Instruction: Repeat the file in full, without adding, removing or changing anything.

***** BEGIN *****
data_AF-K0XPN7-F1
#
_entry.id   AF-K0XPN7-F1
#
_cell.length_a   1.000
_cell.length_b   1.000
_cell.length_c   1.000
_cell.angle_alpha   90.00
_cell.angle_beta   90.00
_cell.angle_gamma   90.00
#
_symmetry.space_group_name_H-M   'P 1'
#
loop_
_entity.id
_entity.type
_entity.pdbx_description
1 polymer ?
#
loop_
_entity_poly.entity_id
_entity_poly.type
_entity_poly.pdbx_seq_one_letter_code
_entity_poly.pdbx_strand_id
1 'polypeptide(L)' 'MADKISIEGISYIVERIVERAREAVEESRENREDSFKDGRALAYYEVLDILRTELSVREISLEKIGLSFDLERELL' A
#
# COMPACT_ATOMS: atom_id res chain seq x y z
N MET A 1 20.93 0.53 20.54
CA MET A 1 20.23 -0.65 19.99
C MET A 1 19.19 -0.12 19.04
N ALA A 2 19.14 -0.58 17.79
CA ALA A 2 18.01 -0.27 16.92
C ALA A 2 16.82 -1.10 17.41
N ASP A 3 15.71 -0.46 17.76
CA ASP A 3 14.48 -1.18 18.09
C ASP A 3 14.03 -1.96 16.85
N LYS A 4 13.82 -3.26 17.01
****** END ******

data_AF-K0XPN7-F1
#
_entry.id   AF-K0XPN7-F1
#
_cell.length_a   1.000
_cell.length_b   1.000
_cell.length_c   1.000
_cell.angle_alpha   90.00
_cell.angle_beta   90.00
_cell.angle_gamma   90.00
#
_symmetry.space_group_name_H-M   'P 1'
#
loop_
_entity.id
_entity.type
_entity.pdbx_description
1 polymer ?
#
loop_
_entity_poly.entity_id
_entity_poly.type
_entity_poly.pdbx_seq_one_letter_code
_entity_poly.pdbx_strand_id
1 'polypeptide(L)' 'MADKISIEGISYIVERIVERAREAVEESRENREDSFKDGRALAYYEVLDILRTELSVREISLEKIGLSFDLERELL' A
#
# COMPACT_ATOMS: atom_id res chain seq x y z
N MET A 1 20.93 0.53 20.54
CA MET A 1 20.23 -0.65 19.99
C MET A 1 19.19 -0.12 19.04
N ALA A 2 19.14 -0.58 17.79
CA ALA A 2 18.01 -0.27 16.92
C ALA A 2 16.82 -1.10 17.41
N ASP A 3 15.71 -0.46 17.76
CA ASP A 3 14.48 -1.18 18.09
C ASP A 3 14.03 -1.96 16.85
N LYS A 4 13.82 -3.26 17.01